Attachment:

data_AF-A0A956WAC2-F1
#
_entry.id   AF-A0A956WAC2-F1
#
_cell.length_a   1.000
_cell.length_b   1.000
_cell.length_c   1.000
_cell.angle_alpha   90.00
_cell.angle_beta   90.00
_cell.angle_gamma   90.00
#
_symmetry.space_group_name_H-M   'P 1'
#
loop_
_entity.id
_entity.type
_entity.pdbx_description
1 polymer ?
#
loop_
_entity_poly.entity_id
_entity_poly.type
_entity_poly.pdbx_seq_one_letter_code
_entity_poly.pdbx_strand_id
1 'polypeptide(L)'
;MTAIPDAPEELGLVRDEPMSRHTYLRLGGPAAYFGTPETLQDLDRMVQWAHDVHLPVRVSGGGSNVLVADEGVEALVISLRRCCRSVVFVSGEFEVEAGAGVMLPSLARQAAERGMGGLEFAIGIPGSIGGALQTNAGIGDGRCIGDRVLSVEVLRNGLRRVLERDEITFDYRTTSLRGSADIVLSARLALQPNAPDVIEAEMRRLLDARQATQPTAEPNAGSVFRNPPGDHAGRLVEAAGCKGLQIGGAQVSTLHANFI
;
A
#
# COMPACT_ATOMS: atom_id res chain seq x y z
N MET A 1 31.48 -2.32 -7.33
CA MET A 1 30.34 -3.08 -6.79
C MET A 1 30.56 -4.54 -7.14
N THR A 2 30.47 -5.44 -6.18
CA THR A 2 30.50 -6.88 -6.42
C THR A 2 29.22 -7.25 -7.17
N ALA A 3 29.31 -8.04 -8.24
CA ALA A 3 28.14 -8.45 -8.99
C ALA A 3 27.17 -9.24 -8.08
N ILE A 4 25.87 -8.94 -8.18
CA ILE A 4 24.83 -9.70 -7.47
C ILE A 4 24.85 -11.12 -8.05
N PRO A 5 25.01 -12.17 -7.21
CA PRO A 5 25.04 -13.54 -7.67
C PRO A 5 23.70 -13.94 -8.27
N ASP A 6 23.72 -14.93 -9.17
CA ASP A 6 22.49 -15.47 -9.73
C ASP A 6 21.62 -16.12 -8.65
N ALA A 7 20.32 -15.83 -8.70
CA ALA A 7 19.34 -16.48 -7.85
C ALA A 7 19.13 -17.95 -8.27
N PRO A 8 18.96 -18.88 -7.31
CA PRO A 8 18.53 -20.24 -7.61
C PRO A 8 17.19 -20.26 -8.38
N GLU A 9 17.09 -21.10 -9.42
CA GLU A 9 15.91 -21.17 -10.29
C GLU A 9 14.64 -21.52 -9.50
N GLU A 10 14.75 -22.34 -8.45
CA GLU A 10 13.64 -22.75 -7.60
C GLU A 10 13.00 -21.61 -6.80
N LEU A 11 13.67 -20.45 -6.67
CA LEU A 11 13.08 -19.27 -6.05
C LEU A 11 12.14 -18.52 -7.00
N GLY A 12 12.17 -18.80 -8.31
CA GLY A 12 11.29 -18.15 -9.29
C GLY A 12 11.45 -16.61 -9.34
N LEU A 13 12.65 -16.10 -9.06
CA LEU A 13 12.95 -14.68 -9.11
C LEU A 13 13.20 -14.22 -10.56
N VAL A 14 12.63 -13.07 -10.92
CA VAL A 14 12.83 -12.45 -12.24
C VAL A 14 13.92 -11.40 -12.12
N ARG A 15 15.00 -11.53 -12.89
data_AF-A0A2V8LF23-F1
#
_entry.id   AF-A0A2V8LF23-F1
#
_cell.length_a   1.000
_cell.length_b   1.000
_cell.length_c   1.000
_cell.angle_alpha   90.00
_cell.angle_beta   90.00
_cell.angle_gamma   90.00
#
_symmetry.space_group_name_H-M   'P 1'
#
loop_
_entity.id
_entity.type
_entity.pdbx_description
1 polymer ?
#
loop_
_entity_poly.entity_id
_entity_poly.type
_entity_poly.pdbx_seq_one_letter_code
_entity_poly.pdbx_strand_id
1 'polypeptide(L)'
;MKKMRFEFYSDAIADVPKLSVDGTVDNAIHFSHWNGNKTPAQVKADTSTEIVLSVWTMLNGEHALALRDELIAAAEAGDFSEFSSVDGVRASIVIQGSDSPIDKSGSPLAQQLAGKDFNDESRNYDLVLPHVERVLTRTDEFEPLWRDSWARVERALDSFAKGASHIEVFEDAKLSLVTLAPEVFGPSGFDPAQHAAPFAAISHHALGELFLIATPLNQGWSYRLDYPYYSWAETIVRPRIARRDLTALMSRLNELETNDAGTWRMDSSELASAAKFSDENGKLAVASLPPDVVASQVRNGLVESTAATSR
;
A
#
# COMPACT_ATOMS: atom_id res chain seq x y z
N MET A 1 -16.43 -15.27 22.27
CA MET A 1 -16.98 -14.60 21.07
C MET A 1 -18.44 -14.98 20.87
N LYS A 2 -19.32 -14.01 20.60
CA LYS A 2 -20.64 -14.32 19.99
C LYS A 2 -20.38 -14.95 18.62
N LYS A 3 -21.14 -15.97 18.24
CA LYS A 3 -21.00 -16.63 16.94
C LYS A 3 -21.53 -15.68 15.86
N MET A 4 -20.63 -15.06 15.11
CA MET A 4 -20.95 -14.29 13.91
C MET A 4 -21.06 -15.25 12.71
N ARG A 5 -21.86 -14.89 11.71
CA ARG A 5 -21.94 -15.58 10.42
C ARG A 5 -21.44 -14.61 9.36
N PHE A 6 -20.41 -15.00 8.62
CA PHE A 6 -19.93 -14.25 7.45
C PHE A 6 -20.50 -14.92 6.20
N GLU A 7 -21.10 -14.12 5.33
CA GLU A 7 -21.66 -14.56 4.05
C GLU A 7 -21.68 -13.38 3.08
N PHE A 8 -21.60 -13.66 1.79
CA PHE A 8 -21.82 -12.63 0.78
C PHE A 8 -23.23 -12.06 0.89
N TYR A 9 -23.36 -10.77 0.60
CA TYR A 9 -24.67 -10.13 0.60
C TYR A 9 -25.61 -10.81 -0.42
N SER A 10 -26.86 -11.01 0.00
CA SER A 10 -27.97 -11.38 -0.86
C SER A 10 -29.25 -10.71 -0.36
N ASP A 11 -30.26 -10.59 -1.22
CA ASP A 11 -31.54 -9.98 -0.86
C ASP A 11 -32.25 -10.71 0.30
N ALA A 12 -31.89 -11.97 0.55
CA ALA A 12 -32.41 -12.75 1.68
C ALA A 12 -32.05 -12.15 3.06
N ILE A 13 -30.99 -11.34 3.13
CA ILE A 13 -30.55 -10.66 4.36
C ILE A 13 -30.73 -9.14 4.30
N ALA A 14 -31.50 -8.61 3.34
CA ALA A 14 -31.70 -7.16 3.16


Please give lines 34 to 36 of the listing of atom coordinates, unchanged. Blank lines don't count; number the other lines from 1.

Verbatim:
N THR A 2 30.47 -5.44 -6.18
CA THR A 2 30.50 -6.88 -6.42
C THR A 2 29.22 -7.25 -7.17